Heavy Dutch techno to exercise your grey cells courtesy of the Dave Clarke protégé
Even for those who have an enduring love of techno, the prospect of a full-length album of the stuff often evokes feelings of trepidation as readily as it does excitement. Many of the most talented of DJ-producers, able to hold a packed dancefloor in the palm of their hand with speaker-destroying club hits as easily as making breakfast, have come a cropper when trying to translate their talents into the long-form format.
Dutchman Mr Jones – aka the marvellously named Jonas Uittenbosch – is the latest new pretender looking to buck the trend. He’s gained the requisite underground buzz as well as an endorsement from Dave Clarke, that most pernickety member of the old guard, who was so impressed with his oeuvre that he’s collaborated with him on several remixes and one-off tracks under the Unsubscribe moniker. So expectations for ‘Sounds For The Mute’ are high.
Starting with a creeping, necrotising hum of a synthesiser so low you’ll think the stereo’s broken, it’s not long before we’re hurtling full throttle into ‘Reversible’, a pummelling, no nonsense stomper that makes you feel like you’re falling through a time vortex while being beaten about the face with a large brick. It’s bracing gear – taut, smart and propulsive.
Enjoyable sure, but so far, so standard. It’s not until the quite startling ‘The Truth About Robots’ arrives that you stand up and take notice. Centred around a mind-scrambling vocal loop, Uittenbosch takes techno’s penchant for repetition to the extreme, the sample decaying and degenerating over an ever more fragmented and interlocking set of drum patterns. The result is the kind of perplexing psychedelic storm that marks out the very best of the genre as truly boundary pushing music, rather than the formulaic cul-de-sac it can so often seem.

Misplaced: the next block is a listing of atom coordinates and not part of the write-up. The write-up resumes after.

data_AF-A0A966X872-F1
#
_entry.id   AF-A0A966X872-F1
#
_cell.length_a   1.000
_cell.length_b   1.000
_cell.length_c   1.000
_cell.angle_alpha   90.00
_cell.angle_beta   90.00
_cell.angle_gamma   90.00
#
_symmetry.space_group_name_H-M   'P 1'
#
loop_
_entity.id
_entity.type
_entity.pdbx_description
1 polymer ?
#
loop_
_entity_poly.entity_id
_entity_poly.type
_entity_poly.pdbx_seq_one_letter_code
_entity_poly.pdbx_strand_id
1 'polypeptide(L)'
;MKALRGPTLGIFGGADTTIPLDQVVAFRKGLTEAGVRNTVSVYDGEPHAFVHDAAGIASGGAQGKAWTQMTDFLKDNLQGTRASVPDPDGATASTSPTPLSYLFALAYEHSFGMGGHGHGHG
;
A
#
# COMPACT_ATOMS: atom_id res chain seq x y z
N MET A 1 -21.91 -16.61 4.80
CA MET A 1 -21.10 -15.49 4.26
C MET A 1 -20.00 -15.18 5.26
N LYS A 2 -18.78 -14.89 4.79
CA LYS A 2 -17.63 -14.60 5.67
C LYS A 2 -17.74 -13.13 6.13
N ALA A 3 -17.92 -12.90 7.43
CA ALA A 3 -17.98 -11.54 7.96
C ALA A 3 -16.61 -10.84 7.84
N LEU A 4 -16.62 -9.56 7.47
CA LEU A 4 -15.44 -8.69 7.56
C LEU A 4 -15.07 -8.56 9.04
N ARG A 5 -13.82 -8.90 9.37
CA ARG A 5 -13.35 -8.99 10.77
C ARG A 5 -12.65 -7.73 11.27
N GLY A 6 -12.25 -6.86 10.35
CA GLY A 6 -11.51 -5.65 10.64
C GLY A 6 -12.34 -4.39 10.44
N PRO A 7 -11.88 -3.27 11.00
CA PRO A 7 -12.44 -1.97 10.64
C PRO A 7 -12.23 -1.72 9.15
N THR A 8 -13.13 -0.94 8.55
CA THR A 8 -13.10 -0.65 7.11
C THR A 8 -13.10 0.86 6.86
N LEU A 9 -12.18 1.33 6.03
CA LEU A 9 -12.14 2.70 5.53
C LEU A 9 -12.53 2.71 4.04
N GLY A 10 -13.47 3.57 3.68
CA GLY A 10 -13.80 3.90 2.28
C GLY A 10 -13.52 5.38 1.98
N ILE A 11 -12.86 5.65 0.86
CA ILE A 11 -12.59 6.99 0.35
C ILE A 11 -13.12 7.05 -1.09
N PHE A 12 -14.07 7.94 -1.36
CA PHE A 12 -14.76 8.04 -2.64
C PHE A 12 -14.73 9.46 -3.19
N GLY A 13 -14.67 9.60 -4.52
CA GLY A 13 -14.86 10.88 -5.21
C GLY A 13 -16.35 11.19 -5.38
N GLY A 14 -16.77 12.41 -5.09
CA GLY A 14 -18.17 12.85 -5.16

While nothing else here quite matches that, the second half of the album continues to draw out some of the same themes of rhythm, alienation and the conundrum of man’s increasingly symbiotic relationship with technology. These ideas are as old as techno itself, of course, but Uittenbosch manages to make them sound fresh and thrilling in a way that’s surprising. ’Til It’s Done’ and ‘Us Vs Them’ show an equally adept take on the dronier, bleepier end of things, before ‘Continuous Sounds’ finishes the set off with a more traditional approach to the whole enterprise.
Clocking in at a relatively restrained 52 minutes, ‘Sounds For The Mute’ is in no danger of troubling the pop charts, and if you’ve always hated techno this release is not going to change your mind. However, it would be a shame if Mr Jones remained solely in the techno ghetto, as what he has produced here is an intelligent, carefully crafted and compelling record, fusing bombastic dancefloor nous with real ambition.